The same is asserted by al-Shabrakhîtî and many others."
If you know me, you’ll know that I'm very accepting of this broader interpretation. I have no problem with it as I feel it's this approach that will bring about the true spirit of the Sunnah of our beloved Prophet (saw). I do believe that we Muslims have far too long advocated an exclusivist philosophy where non-Muslims are seen as the ‘other’ (especially ironic since we are the first to object when we Muslims are ‘otherized’ by the West) and it is this unique interpretation that will alleviate many unnecessary tensions between Muslims and non-Muslims.
What I do find problematic is why this interpretation has been dusted off from the bookshelves of traditional fiqh and is now receiving some airtime. How come it took us several centuries to publicize this interpretation?
In my opinion, and I don’t wish to project this onto the sincere intentions of scholars such as Sheikh Bin Bayyah, political considerations have come into play. The socio-political context in which we live is compelling us to find varying interpretations to well-known Islamic ‘principles’. We find this especially common in discussions on jihad, apostasy, and polygamy.
My concern is that, in our post-9/11 environments, we are performing intellectual gymnastics with our classical fiqh in search of opinions that are more palatable to the non-Muslim world.
I do realize that the bipolar worldview of classical scholars (dar al-Islam and dar al-Harb) is being replaced by a more pluralistic outlook wherein a new Islamic paradigm is *possibly* being developed. So it is understandable that previous majority interpretations are being replaced by minority, or even altogether new, opinions.
I do acknowledge that opinions once held as absolute truths need to be re-evaluated in the context of our times (that is what Ijtihad is all about), but we must equally be conscious of the circumstances in which this re-evaluation is taking place. Are we defining the issues based on the needs of the Ummah or are they being dictated to us by our very own critics?
I mean is apostasy or FGM such a serious global epidemic in the Ummah that it needs to trump other more rampant problems such as misogyny, illiteracy, and corruption? But since our critics choose to focus on the former two, we too must dedicate all our efforts to analyzing those issues.
And once we accept their prioritizations of our problems, how far will we go to appease them in redressing said problems?
Will polygamy go the way of slavery or concubinage, explained away as social aberrations that were tolerated in past Muslim societies only to become phased out and prohibited?
Will the Islamic concept of jihad be stripped of its military aspect and become a spiritual struggle against the devil?
If the term ‘brother’ in the hadith I began with is allowed to be interpreted as the 'human brotherhood' variety, will all other instances of ‘brother’ in our textual sources be allowed such an interpretation?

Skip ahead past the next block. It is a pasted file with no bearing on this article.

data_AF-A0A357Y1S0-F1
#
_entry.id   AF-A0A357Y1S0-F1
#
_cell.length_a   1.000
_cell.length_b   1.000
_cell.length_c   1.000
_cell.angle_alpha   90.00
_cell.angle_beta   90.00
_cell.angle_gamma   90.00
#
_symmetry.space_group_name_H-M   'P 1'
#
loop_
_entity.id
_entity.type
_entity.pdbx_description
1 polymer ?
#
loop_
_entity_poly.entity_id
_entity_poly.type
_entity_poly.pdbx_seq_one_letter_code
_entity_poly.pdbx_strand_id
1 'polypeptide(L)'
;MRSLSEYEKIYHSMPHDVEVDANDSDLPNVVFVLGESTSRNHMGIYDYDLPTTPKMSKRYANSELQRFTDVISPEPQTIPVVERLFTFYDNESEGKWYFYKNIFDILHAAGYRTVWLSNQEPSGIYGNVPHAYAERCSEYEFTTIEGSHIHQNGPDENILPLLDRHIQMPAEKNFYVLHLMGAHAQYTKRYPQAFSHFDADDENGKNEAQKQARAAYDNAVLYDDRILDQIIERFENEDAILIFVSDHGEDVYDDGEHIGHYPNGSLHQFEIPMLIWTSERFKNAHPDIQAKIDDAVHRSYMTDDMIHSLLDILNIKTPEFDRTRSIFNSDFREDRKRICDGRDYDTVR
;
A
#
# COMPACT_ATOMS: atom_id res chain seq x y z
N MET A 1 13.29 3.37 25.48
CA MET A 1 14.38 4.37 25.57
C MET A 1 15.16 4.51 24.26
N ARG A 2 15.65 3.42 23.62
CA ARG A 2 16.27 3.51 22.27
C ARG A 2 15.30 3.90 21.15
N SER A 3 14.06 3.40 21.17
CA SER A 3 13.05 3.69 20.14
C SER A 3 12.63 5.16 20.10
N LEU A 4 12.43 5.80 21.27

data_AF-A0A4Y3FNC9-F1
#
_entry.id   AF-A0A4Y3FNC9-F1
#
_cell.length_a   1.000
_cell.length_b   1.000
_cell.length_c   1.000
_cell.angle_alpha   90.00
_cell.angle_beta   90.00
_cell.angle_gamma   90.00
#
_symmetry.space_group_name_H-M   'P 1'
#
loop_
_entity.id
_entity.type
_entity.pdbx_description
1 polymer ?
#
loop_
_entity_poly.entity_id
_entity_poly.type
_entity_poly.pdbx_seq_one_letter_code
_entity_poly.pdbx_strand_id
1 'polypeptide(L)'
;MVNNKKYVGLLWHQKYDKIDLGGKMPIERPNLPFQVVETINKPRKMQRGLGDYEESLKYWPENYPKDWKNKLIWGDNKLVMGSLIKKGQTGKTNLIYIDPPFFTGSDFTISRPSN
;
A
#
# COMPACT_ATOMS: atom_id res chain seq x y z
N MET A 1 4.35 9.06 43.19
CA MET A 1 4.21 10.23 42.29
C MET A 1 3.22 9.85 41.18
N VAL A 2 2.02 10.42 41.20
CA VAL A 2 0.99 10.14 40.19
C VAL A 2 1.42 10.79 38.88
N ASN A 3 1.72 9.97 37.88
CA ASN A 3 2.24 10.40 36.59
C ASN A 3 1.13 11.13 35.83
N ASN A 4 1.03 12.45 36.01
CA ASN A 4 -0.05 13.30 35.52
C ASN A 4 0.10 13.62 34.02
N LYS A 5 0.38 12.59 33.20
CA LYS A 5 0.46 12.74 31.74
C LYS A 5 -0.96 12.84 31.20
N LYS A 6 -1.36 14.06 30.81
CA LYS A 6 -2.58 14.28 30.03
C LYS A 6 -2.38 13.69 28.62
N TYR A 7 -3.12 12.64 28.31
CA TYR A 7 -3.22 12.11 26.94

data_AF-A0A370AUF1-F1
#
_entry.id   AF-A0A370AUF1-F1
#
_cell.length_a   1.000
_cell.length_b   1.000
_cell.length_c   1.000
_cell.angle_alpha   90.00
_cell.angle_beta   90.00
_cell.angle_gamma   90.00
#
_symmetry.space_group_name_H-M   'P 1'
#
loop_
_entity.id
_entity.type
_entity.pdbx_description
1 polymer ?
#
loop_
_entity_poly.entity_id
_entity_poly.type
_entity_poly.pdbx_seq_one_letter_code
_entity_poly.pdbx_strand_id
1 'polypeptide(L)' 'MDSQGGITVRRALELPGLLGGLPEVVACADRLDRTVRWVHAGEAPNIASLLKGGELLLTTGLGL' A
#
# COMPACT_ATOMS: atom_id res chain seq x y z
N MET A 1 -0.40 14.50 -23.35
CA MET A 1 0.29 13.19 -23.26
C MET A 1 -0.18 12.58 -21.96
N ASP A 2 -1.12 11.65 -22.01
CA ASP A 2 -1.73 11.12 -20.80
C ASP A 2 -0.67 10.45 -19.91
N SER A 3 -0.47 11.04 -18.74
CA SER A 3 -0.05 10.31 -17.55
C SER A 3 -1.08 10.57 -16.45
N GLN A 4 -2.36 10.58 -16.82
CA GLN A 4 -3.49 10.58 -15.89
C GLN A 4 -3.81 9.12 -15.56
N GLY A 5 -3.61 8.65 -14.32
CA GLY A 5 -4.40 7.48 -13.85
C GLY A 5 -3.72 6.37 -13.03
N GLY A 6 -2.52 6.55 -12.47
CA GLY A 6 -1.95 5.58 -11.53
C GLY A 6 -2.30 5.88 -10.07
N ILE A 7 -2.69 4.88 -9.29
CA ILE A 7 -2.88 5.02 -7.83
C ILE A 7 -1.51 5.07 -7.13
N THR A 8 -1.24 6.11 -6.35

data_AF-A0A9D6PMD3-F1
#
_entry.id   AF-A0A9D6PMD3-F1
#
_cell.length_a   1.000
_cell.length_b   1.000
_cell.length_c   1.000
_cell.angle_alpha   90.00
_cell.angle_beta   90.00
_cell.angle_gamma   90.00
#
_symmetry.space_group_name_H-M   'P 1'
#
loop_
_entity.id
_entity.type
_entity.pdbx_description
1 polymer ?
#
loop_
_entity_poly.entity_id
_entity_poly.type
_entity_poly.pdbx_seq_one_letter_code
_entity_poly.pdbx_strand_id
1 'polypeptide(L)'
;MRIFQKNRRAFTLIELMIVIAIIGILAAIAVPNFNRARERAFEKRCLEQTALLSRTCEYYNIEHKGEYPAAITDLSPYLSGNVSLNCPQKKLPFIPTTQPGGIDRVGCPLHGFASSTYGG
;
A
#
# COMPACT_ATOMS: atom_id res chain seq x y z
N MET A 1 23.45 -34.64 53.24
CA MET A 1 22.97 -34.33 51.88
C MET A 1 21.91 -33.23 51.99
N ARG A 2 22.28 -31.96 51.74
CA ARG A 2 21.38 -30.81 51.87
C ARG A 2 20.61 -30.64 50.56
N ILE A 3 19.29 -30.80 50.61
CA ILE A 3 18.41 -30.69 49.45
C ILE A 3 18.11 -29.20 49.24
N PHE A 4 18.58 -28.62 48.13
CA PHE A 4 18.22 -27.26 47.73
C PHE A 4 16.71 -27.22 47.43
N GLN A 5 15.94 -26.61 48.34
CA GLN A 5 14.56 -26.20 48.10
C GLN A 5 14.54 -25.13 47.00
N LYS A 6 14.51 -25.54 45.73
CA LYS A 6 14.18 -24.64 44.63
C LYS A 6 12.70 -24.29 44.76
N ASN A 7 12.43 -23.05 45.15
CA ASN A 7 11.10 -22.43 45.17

I think we all agree that the doors of Ijtihad need to be reopened (that is if you are of the opinion that they were ever closed), but I really wish that this development were taking place under the impartial patronage of Muslim scholars, independent of the suggestions by the critics of Islam. I find the uninvited tentacles of the West’s call for Islamic reform all too present in such fiqhi exercises.
Thursday, July 19, 2007
Here’s an amazing video from last year of the then 16-yr old Hensel twins (born in 1990, they are now 17) who share one body with two separate heads. In fact their body has two hearts, two stomachs, and three livers. For more information, check out their Wiki entry.
I watched it last week and I have honestly never felt such a full spectrum of emotions.
I felt anger at the parents for having put their children into such an untenable situation while also feeling the greatest of empathy for the gut-wrenching decision they had to make 17 years ago.
I feel such joy and elation at seeing the bubbly spirit of these two girls and I feel sadness at the grief they must endure in the presence of gawking strangers.
I feel encouraged by the innocence they exhibit having most likely been spared the cruelty so widespread among us, yet fearful of the day they actually come face to face with the wretched hatred of this world.
I feel indescribable inspiration at the strength they display and heaps of admiration for the unending support their parents must provide.
I am grateful that they live in a society that has allowed them to thrive as they have. I could easily imagine a life of solitude and unrewarding existence if they were to have been born in a Muslim country (or any developing country for that matter).
There is so much to learn about ourselves by contemplating on these two remarkable individual personalities.
(Allah) Who made all things beautful which He created (32:7)
On the earth are signs for those of assured Faith, As also in your own selves: Will ye not then see? (51:20-21)